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2.13: Arithmetic Operators and Strings

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    Merriam-Webster's dictionary defines concatenate to mean "linked together. The addition operator concatenates strings, so 1+1=11 if you are adding strings. 

    Concatenation Subscripts and Superscripts

    One way to create subscripts and superscripts in strings is to use unicode and concatenate.  The following table gives unicode subscript and superscript values that you may often needc

    character 0 1 2 3 4 5 6 7 8 9 + -
    superscript U2070 U00B9 U00B2 U00B3 U2074 U2075 U2076 U2077 U2078 U2079 U207A U207B
    subscript U2080 U2081 U2082 U2083 U2084 U2085 U2086 U2087 U2088 U2089 U208A U208B


    #We will now use concatenation to create the formula for sulfuric acid.
    sulfate_ion = "SO"+"\u2084\u207B\u00B2"
    print(sulfuric_acid, "and", sulfate_ion)
    Hello world!

    Note, we can make variables for the unicode

    Hello world!
    Exercise \(\PageIndex{1}\)

    You want the following code to display

    clipboard_e417175bcb8e19298ab9ea64c167335aa.pngFigure \(\PageIndex{1}\): Alter the code below to produce this output

    The following code does not work.  comment out the print statement and uncomment the lines above and below it, and then complete the expression for x so that the code works.

    #the following line assigns subscripts to the varibles using unicode   
    Hello world!



    x = "(CH"+s2+")"





    Concatenation and Web Calls

    This can be can be very useful if you want to add a variable to a string.  For example, the following code takes the variable "compound_name" and adds it to a web address, which gets you the molecular weight of a chemical from the Pubchem online database.


    The following code uses the requests package which has already been installed on the LibreTexts Jupyter Hub.  If you are running your own kernel you need to run the following code:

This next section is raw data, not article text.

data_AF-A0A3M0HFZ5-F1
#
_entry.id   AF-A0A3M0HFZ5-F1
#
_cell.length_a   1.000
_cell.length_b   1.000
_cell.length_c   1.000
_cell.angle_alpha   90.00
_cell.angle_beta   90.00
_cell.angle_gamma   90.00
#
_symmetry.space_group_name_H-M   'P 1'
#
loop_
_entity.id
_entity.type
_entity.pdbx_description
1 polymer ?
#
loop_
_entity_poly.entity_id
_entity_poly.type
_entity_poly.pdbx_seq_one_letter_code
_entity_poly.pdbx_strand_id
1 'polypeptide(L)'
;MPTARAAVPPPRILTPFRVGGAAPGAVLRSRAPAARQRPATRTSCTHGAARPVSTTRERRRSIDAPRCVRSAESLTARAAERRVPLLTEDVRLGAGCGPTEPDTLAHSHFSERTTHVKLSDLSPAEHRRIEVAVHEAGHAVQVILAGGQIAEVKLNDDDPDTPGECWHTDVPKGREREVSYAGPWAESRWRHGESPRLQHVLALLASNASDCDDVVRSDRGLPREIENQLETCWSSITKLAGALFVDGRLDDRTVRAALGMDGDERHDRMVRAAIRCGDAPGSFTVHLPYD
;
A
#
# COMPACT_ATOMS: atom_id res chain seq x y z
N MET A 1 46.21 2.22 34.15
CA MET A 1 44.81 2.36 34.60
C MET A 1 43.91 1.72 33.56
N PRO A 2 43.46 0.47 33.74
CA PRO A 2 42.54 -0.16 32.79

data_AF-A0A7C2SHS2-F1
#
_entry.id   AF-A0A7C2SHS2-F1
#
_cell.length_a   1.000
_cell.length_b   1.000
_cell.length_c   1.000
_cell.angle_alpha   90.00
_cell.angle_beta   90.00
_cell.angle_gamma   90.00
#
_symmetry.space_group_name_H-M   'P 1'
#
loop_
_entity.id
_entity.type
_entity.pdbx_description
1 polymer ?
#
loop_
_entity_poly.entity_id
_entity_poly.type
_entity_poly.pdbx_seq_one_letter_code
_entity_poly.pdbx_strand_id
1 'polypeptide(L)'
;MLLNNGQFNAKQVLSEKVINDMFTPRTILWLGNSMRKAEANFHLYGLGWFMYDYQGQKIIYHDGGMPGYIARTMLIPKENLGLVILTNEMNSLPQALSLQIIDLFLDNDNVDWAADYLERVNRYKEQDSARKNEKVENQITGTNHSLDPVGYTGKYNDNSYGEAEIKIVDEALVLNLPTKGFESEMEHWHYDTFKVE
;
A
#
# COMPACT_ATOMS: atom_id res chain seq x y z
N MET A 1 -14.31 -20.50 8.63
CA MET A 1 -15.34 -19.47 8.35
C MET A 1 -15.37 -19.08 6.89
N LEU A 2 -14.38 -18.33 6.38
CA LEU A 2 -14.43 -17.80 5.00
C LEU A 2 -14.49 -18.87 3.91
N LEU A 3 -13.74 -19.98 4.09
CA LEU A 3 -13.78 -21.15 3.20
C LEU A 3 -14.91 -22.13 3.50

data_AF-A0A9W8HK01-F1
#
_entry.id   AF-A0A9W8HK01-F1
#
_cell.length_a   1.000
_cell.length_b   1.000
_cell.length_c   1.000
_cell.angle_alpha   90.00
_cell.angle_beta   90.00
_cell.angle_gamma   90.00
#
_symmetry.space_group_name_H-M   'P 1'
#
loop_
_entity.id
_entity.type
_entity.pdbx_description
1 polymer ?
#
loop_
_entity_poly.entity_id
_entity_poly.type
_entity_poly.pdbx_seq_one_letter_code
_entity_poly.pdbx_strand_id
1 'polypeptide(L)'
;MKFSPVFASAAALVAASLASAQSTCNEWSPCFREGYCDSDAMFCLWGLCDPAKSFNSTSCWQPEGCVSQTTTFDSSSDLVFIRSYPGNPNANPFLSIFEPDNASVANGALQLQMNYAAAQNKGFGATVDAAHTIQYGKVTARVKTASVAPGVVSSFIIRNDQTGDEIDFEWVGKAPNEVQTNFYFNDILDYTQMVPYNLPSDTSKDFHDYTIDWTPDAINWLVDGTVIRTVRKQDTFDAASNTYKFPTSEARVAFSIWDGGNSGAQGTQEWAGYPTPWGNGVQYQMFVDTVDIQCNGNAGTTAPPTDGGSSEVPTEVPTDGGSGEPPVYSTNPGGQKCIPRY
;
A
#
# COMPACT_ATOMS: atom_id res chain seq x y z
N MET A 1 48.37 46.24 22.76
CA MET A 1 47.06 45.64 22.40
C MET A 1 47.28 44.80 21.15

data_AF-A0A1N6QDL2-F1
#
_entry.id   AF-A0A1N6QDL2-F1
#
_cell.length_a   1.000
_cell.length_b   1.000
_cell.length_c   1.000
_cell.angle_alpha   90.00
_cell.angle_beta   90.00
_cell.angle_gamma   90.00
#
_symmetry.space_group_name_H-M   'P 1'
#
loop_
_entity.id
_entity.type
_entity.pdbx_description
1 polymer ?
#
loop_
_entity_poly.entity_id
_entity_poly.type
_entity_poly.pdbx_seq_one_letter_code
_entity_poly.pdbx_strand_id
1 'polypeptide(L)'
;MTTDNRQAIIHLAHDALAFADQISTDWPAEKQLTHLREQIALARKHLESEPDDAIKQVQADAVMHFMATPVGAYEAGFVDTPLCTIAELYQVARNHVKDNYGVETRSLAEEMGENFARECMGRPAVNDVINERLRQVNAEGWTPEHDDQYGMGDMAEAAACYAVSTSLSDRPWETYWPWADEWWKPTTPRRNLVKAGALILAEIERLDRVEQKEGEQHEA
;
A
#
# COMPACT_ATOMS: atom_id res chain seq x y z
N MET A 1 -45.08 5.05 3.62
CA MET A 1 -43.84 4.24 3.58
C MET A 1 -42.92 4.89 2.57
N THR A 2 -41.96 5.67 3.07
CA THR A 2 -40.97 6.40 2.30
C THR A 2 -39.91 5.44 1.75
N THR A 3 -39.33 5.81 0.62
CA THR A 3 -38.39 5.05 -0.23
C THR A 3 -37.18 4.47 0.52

import requests

    If you do not have the requests package installed, you need to install it from the Python Package Index. This can be done in either the command line or in your IDE (Thonny)

     OK, lets look at concatenation in action

    compound_name = "aspirin"
    uri = (""
           + compound_name +"/property/MolecularWeight/txt")
    Hello world!

    Run the above code and then click the link it produces.  You get the molar mass of aspirin 180.16 (g/mol).

    Now, replace the word aspirin with the word caffeine, rerun the code, click the new link, and you get 194.19, the molar mass of caffeine

    How did this work?

    Concatenation can be very useful for obtaining information off the web. In this example we used concatenation with the Pubchem PUG REST API (Power User Gateway Representational State Transfer Application Program Interface) to obtain the molar mass of a chemical.  We are going to do this for the common name, but with more effort we could also do this for synonyms. An API is like a GUI (Graphical User Interface) in that the API allows interaction between two computers while the GUI allows a person to interact with a computer. When you navigate to a webpage the web address in the hyperlink is a URL (Universal Resource Locater). Just as a webpage has a URL, you can also address items within a database by a URI (Universal Resource Identifier). The W3C (World Wide Web Consortium) set forth a RDF (Resource Descriptive Framework) that involves an RDF triple (subject, predicate, object) relationship and we are taking advantage of that to obtain the molar mass by concatenating a string into a URI.  OK, it looks complicated, but it is simple.  The subject is a molecule (which we will input and assign to a variable), the predicate is a property of a molecule (its molar mass, but we could seek other properties) and the object is the value of the molar mass for the molecule, which is the result of the query

    First, place the following link into a new tab of your browser:

    Note, compound words like hydrochloric acid need a dash (hydrochloric-acid).


    String Multiplication

    You can also multiply strings.  Predict the outcome of the following code, and then run it.  Did it do what you expected?

    Hello world!

    Predict the output of the following code

    Hello world!



    This page titled 2.13: Arithmetic Operators and Strings is shared under a not declared license and was authored, remixed, and/or curated by Robert Belford.

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